By Sabah Lokhandwala, Staff Writer
“Girl, don’t yell,” said Priyanka Chopra, an Indian actress and UN ambassador, to Ayesha Malik, a Pakistani woman questioning Chopra on her support of the Indian Armed Forces in Kashmir. At BeautyCon LA, Malik attended a panel where Chopra was answering questions about female empowerment and self-care; however, when called on, Malik proceeded to ask Chopra about her twitter history. In February, the actress sent out a tweet that stated support for the Indian Armed Forces in a time where tensions between India and Pakistan were high, due to the highly controversial territory Kashmir. For many observers, in person and online, this was their first interaction with the ongoing altercation in Kashmir, a conflict that has alienated Pakistan and India since 1947. Threats of nuclear war, intense militarization, and even UN involvement has left Kashmir as a prominent global issue, drawing input from high-profile politicians and celebrities. After the recent actions conducted by Indian Prime Minister Narendra Modi and his administration, Priyanka Chopra is wrong; we should be yelling.
Modi and his administration announced on August 5th that they would scrap Article 370 of India’s constitution, a clause that has maintained peace for the Kashmir region since 1949. Article 370 grants Kashmir autonomous status, allowing the region to have its own laws and constitution, with the exception of finance, defense, foreign affairs, and communication. With this recent administrative action, India has obtained the ability to control Kashmir, and they have already started: after an announcement by the Modi administration, additional troops were deployed to the region. Schools, businesses, and offices were all closed; telephone lines and internet were down; and local politicians were put under house arrest. Kashmir is now expected to follow all laws imposed by India’s federal government.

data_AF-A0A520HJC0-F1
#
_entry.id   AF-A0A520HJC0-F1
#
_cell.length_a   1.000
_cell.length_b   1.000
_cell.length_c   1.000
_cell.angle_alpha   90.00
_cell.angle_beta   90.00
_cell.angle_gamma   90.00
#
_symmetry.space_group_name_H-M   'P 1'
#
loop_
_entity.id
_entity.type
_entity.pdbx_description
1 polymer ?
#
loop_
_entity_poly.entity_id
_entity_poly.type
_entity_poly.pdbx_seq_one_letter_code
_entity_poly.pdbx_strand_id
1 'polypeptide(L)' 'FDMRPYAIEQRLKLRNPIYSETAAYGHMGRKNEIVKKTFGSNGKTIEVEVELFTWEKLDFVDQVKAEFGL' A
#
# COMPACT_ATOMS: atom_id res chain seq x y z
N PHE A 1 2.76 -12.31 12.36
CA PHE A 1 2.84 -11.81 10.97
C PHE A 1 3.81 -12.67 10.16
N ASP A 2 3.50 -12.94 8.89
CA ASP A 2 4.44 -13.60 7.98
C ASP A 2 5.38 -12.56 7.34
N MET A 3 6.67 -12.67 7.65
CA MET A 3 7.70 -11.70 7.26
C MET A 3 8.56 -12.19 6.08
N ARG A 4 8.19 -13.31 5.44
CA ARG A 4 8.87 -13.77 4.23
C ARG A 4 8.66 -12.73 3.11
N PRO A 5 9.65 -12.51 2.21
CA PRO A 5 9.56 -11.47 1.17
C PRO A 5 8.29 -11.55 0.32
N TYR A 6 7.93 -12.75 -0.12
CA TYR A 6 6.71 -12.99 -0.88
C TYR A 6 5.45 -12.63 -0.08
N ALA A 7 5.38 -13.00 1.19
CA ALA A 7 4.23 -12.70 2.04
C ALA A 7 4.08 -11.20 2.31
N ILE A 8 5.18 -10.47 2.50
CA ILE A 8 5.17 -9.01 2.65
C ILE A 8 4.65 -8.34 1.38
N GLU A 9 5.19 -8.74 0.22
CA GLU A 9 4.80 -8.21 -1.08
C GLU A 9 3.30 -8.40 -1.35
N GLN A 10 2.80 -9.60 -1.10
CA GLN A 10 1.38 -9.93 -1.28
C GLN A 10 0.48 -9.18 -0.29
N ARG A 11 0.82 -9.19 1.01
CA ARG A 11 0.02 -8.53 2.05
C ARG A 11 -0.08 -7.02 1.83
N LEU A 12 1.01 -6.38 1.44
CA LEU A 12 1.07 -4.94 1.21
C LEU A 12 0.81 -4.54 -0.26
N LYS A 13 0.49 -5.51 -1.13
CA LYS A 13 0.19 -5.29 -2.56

Modi promises to bring prosperity to the region of Kashmir, but based on his political record, his intentions are elsewhere. Modi identifies as part of the BJP party, a hindu-nationalist movement growing in India over the past few years. In 2014, Modi won with one of the highest margins ever in India’s lower Parliamentary house. In 2019, that margin was even higher, with Modi winning off of inflammatory rhetoric demonizing Indian Muslims. When 24-year-old Tabrez Ansari was beaten until death by a Hindu mob, Modi remained silent. In fact, he has stayed silent after multiple lynchings of Indian Muslims. 90% of religious hate crimes in India in the last decade have occurred under the Modi administration. Modi doesn’t like Muslims, so it makes sense he would want control of Kashmir, a region that is majority Muslim. Sovereignty over Kashmir is just one more step for his party to elicit a sense of dominance over Indian Muslims. He can now create and support policies against them.
In the past, only residents of Jammu and Kashmir could purchase property in the area, the scrapping of Article 370 opens up property to anyone in India. Some say an increase in jobs and businesses is going to help Kashmir, but it could end up hurting the Muslim population. The influx of non-Muslims changes the demographic of Kashmir. This can lead to “son of the soil” conflicts, where new migrants create tensions with natives. Modi came to power because of an anti-Muslim plaform, so the people and businesses entering Kashmir may hold the same prejudices. This leaves Indian Muslims targeted in Kashmir the same way they are targeted in India. Aside from businesses, the shift in politics also creates problems for Muslims. Studies indicate that, when a national minority is excluded from political power, it fuels violence against them. For Kashmir, that means Indian Muslims are going to be targeted even more when it comes to acts of violence. Except now, in Kashmir, there is no government willing to advocate for them.
The legality over Modi’s actions are ambiguous. Technically, Article 370 can only be scrapped with consent of the state. The problem is Kashmir has not had a defined state government in over a year. The administration says their actions are sound and supported by past precedent. Opposing political parties could challenge Modi and his actions, but that poses the threat of being framed as anti-India, leaving parties wary of involvement. This means change and opposition to the Indian government has to come from individuals and activism. We have to yell. We have to question who people support and what politicians are doing to mediate the issue. If we don’t, we let Islamophobia, violence, and another leader that fuels hate, discrimination, and bigotry win.